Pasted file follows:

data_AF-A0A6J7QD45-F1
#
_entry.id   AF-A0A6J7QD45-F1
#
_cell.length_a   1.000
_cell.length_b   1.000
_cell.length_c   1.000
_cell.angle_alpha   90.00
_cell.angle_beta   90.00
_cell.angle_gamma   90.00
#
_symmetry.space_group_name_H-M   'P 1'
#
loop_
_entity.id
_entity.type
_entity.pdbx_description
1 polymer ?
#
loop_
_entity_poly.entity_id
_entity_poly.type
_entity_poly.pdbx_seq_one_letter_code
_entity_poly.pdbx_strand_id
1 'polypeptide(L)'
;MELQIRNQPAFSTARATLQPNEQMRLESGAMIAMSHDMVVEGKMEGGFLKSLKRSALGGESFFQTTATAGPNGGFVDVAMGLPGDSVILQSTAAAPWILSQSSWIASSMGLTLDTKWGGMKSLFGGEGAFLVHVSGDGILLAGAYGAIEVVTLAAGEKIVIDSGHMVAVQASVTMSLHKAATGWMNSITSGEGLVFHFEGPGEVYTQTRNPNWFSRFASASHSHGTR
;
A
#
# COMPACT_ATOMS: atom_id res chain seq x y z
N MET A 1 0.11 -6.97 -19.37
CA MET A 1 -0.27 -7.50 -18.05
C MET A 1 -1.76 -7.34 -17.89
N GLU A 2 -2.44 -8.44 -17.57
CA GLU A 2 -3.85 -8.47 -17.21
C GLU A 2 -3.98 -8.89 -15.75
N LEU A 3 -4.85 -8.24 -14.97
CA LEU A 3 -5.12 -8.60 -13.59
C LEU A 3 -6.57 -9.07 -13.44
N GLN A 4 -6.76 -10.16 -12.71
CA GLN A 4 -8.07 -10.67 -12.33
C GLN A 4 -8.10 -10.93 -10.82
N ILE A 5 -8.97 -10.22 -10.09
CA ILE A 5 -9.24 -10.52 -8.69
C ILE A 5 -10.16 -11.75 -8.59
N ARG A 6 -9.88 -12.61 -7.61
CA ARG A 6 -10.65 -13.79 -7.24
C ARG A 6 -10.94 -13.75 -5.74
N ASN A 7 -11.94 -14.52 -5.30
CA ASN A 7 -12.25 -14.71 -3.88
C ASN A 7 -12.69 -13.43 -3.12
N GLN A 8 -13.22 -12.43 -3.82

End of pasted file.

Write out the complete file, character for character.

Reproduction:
data_AF-A0A6J7QD45-F1
#
_entry.id   AF-A0A6J7QD45-F1
#
_cell.length_a   1.000
_cell.length_b   1.000
_cell.length_c   1.000
_cell.angle_alpha   90.00
_cell.angle_beta   90.00
_cell.angle_gamma   90.00
#
_symmetry.space_group_name_H-M   'P 1'
#
loop_
_entity.id
_entity.type
_entity.pdbx_description
1 polymer ?
#
loop_
_entity_poly.entity_id
_entity_poly.type
_entity_poly.pdbx_seq_one_letter_code
_entity_poly.pdbx_strand_id
1 'polypeptide(L)'
;MELQIRNQPAFSTARATLQPNEQMRLESGAMIAMSHDMVVEGKMEGGFLKSLKRSALGGESFFQTTATAGPNGGFVDVAMGLPGDSVILQSTAAAPWILSQSSWIASSMGLTLDTKWGGMKSLFGGEGAFLVHVSGDGILLAGAYGAIEVVTLAAGEKIVIDSGHMVAVQASVTMSLHKAATGWMNSITSGEGLVFHFEGPGEVYTQTRNPNWFSRFASASHSHGTR
;
A
#
# COMPACT_ATOMS: atom_id res chain seq x y z
N MET A 1 0.11 -6.97 -19.37
CA MET A 1 -0.27 -7.50 -18.05
C MET A 1 -1.76 -7.34 -17.89
N GLU A 2 -2.44 -8.44 -17.57
CA GLU A 2 -3.85 -8.47 -17.21
C GLU A 2 -3.98 -8.89 -15.75
N LEU A 3 -4.85 -8.24 -14.97
CA LEU A 3 -5.12 -8.60 -13.59
C LEU A 3 -6.57 -9.07 -13.44
N GLN A 4 -6.76 -10.16 -12.71
CA GLN A 4 -8.07 -10.67 -12.33
C GLN A 4 -8.10 -10.93 -10.82
N ILE A 5 -8.97 -10.22 -10.09
CA ILE A 5 -9.24 -10.52 -8.69
C ILE A 5 -10.16 -11.75 -8.59
N ARG A 6 -9.88 -12.61 -7.61
CA ARG A 6 -10.65 -13.79 -7.24
C ARG A 6 -10.94 -13.75 -5.74
N ASN A 7 -11.94 -14.52 -5.30
CA ASN A 7 -12.25 -14.71 -3.88
C ASN A 7 -12.69 -13.43 -3.12
N GLN A 8 -13.22 -12.43 -3.82